MULTI-SCALE CHARACTERIZATION OF FRACTURED ROCKS USED AS A MEANS FOR THE REALISTIC SIMULATION OF POLLUTANT MIGRATION PATHWAYS IN CONTAMINATED SITES: A CASE STUDY


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Abstract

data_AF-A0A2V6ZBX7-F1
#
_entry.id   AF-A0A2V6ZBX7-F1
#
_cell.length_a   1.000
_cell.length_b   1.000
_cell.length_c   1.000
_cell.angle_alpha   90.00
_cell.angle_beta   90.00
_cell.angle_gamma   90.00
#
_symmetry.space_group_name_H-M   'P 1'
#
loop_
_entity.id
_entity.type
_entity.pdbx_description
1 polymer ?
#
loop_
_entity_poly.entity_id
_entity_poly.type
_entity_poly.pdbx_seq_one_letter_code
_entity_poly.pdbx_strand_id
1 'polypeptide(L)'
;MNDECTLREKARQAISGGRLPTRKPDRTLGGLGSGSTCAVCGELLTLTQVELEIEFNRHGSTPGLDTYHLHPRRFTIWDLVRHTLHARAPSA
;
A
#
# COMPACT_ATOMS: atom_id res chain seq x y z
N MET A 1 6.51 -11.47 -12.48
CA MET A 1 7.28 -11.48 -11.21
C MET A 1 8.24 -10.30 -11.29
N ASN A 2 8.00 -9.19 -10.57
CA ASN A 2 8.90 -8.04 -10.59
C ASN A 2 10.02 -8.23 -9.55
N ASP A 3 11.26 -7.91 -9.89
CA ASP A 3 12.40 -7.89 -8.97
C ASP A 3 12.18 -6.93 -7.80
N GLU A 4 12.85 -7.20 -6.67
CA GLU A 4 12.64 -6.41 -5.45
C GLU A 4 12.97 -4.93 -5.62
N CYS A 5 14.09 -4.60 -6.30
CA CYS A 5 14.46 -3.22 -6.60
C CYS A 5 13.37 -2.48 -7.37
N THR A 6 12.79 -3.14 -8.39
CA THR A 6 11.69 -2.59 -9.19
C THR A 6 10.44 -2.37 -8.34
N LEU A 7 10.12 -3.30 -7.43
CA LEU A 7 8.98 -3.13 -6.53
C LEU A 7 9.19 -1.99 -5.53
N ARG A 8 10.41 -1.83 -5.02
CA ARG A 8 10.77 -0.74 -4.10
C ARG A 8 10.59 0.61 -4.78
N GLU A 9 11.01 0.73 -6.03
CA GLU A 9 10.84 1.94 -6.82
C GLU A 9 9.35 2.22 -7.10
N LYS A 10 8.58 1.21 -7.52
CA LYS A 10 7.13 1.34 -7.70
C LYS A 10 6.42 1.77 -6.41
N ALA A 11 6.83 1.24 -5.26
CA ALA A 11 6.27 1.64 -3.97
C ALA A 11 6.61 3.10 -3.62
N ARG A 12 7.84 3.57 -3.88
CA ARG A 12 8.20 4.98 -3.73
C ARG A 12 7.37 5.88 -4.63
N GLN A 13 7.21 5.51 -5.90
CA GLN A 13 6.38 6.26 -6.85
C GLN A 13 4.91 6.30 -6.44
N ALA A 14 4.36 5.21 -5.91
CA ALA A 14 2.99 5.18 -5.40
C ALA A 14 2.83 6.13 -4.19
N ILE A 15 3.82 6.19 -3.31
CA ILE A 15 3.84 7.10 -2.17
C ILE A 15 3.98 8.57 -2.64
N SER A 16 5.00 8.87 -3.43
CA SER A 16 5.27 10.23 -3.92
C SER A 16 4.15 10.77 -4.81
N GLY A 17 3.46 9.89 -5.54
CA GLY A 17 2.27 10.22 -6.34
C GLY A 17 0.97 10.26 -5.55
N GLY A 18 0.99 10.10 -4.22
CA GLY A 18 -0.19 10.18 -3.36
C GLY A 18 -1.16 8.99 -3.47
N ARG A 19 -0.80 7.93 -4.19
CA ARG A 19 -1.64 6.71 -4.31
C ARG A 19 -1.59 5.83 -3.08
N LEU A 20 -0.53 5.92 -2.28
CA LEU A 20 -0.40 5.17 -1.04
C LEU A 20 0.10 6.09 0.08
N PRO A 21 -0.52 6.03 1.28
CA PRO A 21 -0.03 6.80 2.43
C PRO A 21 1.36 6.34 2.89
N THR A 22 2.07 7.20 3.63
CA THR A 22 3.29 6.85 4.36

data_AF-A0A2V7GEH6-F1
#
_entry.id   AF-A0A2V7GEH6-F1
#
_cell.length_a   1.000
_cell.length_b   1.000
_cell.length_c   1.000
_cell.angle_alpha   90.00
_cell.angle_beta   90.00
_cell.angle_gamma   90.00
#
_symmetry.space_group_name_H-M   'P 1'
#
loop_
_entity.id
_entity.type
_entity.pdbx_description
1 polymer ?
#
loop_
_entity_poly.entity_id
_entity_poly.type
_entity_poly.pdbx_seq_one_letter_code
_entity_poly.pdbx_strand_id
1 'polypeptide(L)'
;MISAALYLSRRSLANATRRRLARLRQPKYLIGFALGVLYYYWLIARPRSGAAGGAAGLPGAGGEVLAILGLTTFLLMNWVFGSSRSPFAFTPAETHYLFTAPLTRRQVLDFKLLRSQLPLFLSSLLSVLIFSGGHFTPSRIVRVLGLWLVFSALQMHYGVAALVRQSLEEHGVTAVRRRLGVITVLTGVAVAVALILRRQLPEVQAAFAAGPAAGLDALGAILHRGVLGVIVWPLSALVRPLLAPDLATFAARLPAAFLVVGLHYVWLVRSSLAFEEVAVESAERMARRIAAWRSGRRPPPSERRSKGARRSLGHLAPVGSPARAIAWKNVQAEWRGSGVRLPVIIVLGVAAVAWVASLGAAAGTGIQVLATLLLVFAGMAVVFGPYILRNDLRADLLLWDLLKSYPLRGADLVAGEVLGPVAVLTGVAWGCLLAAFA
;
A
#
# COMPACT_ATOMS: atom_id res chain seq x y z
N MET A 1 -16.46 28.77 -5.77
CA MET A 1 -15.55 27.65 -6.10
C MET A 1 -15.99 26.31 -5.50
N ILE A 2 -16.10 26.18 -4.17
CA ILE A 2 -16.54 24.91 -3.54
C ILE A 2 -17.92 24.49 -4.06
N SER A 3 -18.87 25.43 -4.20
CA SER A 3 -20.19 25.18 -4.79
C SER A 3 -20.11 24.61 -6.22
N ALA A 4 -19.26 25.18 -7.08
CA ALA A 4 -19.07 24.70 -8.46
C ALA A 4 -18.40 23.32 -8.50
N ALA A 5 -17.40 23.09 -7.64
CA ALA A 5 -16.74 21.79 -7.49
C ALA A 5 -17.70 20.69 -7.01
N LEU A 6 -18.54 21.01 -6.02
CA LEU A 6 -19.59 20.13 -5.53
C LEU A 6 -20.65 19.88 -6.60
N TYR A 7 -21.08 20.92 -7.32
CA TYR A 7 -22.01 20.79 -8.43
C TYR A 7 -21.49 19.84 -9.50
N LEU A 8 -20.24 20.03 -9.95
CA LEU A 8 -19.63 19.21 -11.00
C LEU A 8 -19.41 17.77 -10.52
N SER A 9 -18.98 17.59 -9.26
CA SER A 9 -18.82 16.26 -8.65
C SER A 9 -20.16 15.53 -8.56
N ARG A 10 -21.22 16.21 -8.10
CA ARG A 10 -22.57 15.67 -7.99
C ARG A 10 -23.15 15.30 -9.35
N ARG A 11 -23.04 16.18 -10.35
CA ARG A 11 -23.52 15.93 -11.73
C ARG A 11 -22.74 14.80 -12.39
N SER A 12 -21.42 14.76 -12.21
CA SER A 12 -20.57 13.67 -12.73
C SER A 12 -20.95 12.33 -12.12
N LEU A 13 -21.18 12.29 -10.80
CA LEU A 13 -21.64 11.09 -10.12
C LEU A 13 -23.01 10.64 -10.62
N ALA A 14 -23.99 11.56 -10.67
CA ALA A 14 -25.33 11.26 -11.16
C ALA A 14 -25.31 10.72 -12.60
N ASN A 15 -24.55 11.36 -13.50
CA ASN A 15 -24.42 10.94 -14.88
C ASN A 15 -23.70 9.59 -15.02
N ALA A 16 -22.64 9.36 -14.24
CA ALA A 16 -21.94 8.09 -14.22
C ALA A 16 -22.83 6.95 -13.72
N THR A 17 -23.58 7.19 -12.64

An integrated methodology is developed to quantify the geostatistical and transport properties of fractured media at multiple scales. Such information is helpful in developing numerical models and estimating the up-scaled transport coefficients of fractured formations. An oil-contaminated fractured site, overlying granite rock and situated in northern Spain, is investigated, and a macroscopic geological model that quantifies the regional distribution of faults and fractures over the entire area is established. The methodology is based on the measurement of fractured outcrops in the field (scale ∼1–100 m), the collection of representative fractured samples and measurement of the fracture aperture (scale ∼0.01–1 mm), and the analysis of macroscopic characteristics (scale ∼1–5 km) of fracture/faults. The multi-scale fracture properties are utilized to construct a discrete fracture/fault network model which provides input data to a macroscopic simulator of contaminant transport in fractured porous media. The transient NAPL migration pathways are predicted for one scenario of pollution. Such information is helpful in the risk assessment of fractured contaminated sites.

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